Oliver: And because of the difficulty of education research, too often the content falls by the wayside. I recently met a fellow who studies instruction. Not instruction with respect to any domain. Not instruction with respect to any age or pupil set. He doesn’t want to instruct anything particularly, just instruct in general. My own conviction is that nothing much will come of this.

Bob: I share his interest. There’s a profound question, in fact, of how much domain independence there can be in education. Is it possible to imagine creating a general curriculum for a wide diversity of people; one focused less on specific context than ideas of proven power? Consider it as a thought experiment designing education for colonies in space. For those strange new artificial worlds, which have to be completely designed, what sorts of minds and educations should people have in such an environment?

Oliver: We don’t need the space station as context to discuss the issue. Let’s look at the question directly. What have you in mind?

Bob: If then we think about the content fields of knowledge, we need to ask what are they? How stable are they? Are they independent of what we want to do? What is the nature of knowledge? And how can we imagine a way of people relating to one another in respect of the different fields of knowledge which will focus on the most important ideas, and how can we think about what people should know, what their minds should contain?

Oliver: You used ‘should’ several times. Exactly where does that should come from?

Bob: Right at the heart of education is the question of freedom and individual choice; how do the goals of a teacher relate to those of a student ? As we look at our own children, do we want our children to grow up to be the kinds of people we are– and the answer may very well be yes– or to be people who will most effectively adapt to the circumstances they find themselves in ? Or do we want them to grow up to be people who have visions of their own to which they will try to make the world adapt? There probably is no single answer to any one of those.

Oliver: There can’t be, of course. I’d say that any vision of ours has tobe with respect to those values and just those. At some level those values and decisions aren’t right or wrong, at some level those are the way we are. It’s not education to enforce values–because values will change with knowledge–it’s education to support them. It is not just a farcical idea to teach values, but it can also be extraordinarily destructive– look atHitler. I always say a pox on ideologies, but I have an ideology of my own which is very like yours, with your notions about freedom and so forth. Maybe we’ve spent enough time talking about this level of generality, but I think it always should be borne in mind that values are held with respect to a society and a culture, and, for me at least, without regard to any binary notion of good and evil.
Cantor’s Theorem

Bob: Let’s get specific then. Suppose we made a catalog of terrific ideas. My common curriculum would be such a collection, whether in music or athletics, or in language or mathematics. The issues are what should such a catalog contain and how do the contents relate to what a person knows. Let me give you an example. I think that Cantor’s proof–

Oliver: His Diagonal Theorem–

Bob: If you will, his proof of the non-countability of the reals is one of the simplest and most elegant arguments I know. I would like students to run into that, see it with the same intensity I have to its power and beauty. So I would propose that proof as one straight forward enough to be accessible and exotic enough to be engaging, as an example of what might go into a common constructive curriculum. (See Box.)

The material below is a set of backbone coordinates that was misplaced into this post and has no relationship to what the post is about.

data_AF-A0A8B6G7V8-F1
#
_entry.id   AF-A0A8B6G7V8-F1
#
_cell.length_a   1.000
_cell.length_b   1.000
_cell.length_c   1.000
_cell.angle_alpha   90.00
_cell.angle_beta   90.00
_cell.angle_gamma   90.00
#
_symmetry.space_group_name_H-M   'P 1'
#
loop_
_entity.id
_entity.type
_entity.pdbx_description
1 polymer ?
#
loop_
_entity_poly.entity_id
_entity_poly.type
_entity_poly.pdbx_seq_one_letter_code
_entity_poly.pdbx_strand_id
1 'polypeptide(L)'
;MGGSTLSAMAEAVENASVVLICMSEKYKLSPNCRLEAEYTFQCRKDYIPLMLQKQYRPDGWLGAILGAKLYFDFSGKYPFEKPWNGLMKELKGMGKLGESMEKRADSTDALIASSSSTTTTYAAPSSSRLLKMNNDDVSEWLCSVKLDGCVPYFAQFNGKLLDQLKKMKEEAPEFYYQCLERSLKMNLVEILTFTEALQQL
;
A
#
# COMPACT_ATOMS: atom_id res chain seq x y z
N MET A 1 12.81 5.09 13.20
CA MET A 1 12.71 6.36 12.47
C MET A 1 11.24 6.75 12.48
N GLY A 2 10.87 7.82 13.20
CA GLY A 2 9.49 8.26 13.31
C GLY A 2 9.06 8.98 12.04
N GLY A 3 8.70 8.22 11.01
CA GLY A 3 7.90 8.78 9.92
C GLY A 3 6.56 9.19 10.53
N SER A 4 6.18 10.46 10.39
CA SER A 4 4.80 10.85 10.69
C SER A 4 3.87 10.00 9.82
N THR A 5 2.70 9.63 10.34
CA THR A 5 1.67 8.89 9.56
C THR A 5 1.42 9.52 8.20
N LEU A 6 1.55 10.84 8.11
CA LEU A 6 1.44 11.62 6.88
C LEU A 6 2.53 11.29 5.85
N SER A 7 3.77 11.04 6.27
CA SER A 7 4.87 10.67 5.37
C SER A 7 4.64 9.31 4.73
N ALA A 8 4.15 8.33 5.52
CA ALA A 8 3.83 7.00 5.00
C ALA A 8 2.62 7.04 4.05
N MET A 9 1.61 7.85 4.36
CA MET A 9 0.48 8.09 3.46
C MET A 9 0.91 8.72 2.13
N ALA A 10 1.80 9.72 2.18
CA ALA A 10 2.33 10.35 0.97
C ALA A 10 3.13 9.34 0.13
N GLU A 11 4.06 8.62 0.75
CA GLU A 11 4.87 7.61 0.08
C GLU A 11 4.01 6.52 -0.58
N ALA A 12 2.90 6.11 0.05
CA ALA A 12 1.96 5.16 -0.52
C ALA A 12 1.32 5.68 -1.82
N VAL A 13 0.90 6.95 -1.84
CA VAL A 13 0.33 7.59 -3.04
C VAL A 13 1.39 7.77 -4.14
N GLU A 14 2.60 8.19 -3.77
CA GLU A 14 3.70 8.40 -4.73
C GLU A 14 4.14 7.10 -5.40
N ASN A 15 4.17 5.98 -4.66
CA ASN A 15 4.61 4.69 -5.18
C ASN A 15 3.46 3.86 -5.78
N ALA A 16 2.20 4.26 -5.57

Oliver: I am not arguing that Cantor’s proof is not beautiful and compelling.Indeed, the intensity of feeling that a mathematical fact may offer is as great as any. On viewing for the first time certain infinite series of Ramanujan,
G. N. Watson says:

“[I felt] a thrill which is indistinguishable from the thrill whichI feel when I enter the Sagrestia Nuovo of the Capella Medici and see before the austere beauty of the four statues… which Michelangelo has set over the tomb of Giuliano de’Medici and Lorenzo de’Medici.”
from “The final problem: an account of the mock theta functions,”
J. London Math. Soc., 11 (1936) 55-80.

But there could never be more than one citizen in a thousand who could appreciate that. I don’t know that there are any ideas that should be part of everybody’s education. I don’t know whether that’s a should, or a should not, or a nevermind. Let’s face it, Bobby Fischer, as a world-class chess master, probably related most of his life to playing chess. That’s where his beauty was. He wouldn’t give a damn about infinite sets–why should he ? But I do think most kids are a little broader than that.

Bob: That’s the question I’m raising: can one in principle imagine the existence of such a thing as a student-centered curriculum? … or do we have to look at education as a process of individual and personal negotiation between individuals who know each other? Can there be in principle such a thing as a common student centered curriculum?

Cantor’s Proof of the Non-Countability of Real Numbers

Are the real numbers countable ? We start by assuming the opposite: that the real numbers, both rational and irrational, can be all put in one to one correspondence with the natural numbers, and are thereby countable.Let us consider only those numbers between zero and one, each one represented symbolically as a decimal. Write them in an array; by assumption, this array contains all the real number between 0 and 1. If there is inevitably some decimal number not in this collection, then the numbers between zero and one are not countable. Here is an example of the array:
. 2 6 0 1 1 …

. 6 3 4 2 5 …

. 1 9 7 0 3 …

. 1 4 4 8 6 …

. 7 9 5 5 4

Let us construct the decimal number represented by the diagonal, that is, by the bold-faced digits, .23784 … . Now let us construct another number that differs from that one in every digit; it might be .12673… . This new number will be different from every number in the collection in at least one digit and is therefore not in it. Consequently, the real numbers between zero and one are not countable.
Publication notes:

  • Written in 1989.
  • Published as Chapter 12, Artificial Intelligence and Education, Vol. 2. Lawler and Yazdani, Ablex, 1991.